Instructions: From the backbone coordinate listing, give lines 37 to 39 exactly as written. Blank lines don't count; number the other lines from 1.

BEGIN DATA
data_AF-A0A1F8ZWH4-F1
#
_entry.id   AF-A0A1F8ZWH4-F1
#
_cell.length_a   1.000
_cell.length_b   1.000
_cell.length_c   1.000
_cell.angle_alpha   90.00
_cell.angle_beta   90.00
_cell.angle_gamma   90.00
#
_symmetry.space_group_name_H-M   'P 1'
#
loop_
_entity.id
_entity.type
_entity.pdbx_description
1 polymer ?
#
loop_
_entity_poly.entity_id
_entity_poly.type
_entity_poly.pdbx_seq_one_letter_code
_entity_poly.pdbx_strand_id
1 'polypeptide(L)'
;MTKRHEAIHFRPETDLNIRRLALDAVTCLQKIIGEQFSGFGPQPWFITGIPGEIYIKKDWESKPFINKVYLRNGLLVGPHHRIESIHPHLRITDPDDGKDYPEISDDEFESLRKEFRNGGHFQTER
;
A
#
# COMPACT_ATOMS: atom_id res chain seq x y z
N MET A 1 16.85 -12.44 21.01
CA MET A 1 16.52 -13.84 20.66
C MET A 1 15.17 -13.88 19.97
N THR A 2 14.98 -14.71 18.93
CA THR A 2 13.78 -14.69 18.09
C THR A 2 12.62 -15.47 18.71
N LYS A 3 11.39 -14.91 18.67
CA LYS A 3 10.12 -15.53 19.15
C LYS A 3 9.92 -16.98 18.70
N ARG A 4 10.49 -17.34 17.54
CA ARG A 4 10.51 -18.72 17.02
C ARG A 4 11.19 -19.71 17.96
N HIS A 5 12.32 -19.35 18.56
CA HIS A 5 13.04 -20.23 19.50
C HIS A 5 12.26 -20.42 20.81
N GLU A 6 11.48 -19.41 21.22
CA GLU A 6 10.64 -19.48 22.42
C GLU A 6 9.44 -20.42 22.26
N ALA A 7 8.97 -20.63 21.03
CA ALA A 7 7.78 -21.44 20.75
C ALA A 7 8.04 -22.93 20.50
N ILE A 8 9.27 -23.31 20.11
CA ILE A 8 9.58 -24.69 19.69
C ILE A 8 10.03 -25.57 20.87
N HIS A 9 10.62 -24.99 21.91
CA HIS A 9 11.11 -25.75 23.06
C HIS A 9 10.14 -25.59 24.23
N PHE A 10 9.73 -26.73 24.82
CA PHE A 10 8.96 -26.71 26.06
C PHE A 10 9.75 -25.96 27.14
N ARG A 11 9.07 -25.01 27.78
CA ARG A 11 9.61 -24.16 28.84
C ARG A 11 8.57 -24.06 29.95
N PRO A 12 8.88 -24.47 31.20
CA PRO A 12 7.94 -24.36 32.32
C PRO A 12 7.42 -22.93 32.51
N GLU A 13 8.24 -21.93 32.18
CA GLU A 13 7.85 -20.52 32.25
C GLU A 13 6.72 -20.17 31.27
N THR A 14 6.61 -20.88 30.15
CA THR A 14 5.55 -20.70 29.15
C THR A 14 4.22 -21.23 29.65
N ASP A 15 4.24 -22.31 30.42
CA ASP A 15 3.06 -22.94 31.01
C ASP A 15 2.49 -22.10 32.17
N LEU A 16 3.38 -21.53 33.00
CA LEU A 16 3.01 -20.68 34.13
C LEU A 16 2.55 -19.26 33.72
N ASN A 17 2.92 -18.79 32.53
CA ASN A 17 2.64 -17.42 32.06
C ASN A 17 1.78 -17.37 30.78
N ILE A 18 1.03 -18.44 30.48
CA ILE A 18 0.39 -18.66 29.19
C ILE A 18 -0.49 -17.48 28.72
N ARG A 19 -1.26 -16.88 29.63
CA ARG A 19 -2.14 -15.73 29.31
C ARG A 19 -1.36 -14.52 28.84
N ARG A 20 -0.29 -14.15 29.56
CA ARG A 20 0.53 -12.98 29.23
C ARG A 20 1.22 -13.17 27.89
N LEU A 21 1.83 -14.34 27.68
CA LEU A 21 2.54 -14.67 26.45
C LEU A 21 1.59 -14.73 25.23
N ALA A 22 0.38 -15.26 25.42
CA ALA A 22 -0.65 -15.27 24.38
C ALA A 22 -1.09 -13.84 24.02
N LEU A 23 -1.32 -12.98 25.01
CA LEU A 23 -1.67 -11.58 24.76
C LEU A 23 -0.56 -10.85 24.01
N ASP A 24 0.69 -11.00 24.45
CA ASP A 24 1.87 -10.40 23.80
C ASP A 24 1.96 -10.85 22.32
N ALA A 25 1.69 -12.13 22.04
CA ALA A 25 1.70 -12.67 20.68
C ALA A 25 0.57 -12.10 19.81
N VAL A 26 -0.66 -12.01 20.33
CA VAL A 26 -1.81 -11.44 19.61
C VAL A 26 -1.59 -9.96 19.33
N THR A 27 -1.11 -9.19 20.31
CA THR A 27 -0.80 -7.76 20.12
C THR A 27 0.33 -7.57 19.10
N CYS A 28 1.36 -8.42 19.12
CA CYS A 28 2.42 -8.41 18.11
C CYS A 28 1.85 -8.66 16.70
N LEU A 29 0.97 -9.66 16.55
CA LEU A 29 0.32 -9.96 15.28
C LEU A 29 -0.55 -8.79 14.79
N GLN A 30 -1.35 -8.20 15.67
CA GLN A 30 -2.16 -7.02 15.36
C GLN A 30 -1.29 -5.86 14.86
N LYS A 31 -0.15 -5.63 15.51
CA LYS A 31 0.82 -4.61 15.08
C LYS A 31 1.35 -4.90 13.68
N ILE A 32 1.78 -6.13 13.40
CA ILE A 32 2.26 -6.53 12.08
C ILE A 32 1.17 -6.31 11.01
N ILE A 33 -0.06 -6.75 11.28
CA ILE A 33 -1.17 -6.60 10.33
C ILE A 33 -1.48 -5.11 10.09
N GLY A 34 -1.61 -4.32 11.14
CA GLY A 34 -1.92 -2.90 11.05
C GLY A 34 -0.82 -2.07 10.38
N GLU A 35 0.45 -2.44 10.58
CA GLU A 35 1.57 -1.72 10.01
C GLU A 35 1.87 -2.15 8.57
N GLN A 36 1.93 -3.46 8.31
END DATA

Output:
N LYS A 3 11.39 -14.91 18.67
CA LYS A 3 10.12 -15.53 19.15
C LYS A 3 9.92 -16.98 18.70